In multi-switch LANs, a VLAN spans multiple switches. You create inter-switch links that carry traffic that belongs to multiple VLANs. This is known as VLAN trunking, which is enabled by a process called VLAN tagging.
You should be able to configure and verify inter-switch trunks built with IEEE 802.1Q or ISL (Inter-Switch Link) trunking protocols. The CCNA exam focuses more on 802.1Q than ISL. You can create a functional trunk between two Cisco switches by using only the switchport mode trunk command in the interface configuration mode. To display information about all trunks on a switch, use the show interfaces trunk command in user EXEC mode.
How to configure and verify Cisco Discovery Protocol and LLDP
CDP (Cisco Discovery Protocol) is a Cisco-proprietary protocol that is used to learn details about directly connected devices. Think of LLDP (Link Layer Discovery Protocol) as the vendor-neutral counterpart of CDP.
You need to know how to enable and disable CDP/LLDP globally and on individual interfaces. You should be able to use the relevant show commands to verify configuration and glean information about neighbors.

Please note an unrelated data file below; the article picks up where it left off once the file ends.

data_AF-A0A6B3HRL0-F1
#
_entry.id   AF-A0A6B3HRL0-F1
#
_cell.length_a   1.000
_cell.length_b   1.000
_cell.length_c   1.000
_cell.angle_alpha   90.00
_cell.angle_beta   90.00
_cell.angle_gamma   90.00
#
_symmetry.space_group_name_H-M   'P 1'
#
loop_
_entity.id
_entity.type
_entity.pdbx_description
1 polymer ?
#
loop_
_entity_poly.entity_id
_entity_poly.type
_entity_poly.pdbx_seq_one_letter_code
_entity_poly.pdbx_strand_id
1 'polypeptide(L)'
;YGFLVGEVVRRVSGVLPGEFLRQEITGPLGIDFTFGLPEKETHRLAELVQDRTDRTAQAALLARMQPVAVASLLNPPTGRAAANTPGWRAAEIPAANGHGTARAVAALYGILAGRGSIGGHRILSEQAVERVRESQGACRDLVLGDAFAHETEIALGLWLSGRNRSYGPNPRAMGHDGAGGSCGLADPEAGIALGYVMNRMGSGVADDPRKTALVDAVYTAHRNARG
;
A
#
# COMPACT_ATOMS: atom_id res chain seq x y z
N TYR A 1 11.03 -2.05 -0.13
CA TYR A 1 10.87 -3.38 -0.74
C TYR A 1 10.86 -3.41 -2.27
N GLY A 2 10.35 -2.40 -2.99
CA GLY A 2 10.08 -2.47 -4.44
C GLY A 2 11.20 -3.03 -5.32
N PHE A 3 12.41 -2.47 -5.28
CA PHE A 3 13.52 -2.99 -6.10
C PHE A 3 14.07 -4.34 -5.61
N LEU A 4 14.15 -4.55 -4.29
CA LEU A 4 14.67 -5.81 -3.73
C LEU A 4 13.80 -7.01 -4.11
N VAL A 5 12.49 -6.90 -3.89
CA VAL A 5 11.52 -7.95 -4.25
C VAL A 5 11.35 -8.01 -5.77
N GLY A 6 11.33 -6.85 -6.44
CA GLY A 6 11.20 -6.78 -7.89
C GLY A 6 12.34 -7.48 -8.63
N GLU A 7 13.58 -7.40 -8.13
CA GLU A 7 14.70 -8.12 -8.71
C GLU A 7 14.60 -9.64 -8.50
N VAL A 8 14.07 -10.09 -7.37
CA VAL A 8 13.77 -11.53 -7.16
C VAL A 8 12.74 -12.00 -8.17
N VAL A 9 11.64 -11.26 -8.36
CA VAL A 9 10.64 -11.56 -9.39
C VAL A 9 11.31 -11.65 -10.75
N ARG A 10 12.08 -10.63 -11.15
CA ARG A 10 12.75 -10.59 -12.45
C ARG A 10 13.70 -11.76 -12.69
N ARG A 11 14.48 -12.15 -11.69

How to configure and verify EtherChannel (LACP)
EtherChannels are used to bundle multiple links between switches to make efficient use of available bandwidth and reduce the number of times STP must converge. EtherChannels can be Layer 2 or Layer 3 and can be configured statically or dynamically using the LACP (Link Aggregation Control Protocol) or PAgP (Port Aggregation Protocol) protocols.
You need to know the configuration and verification of Layer 2 and Layer 3 EtherChannels. You also have to be familiar with common configuration issues that occur with EtherChannels.
Rapid PVST+ Spanning Tree Protocol
STP (Spanning Tree Protocol) allows you to reap the benefits of installing redundant inter-switch links while avoiding associated problems. STP evolved into RSTP (Rapid Spanning Tree Protocol). Modern Cisco switches default to using RSTP.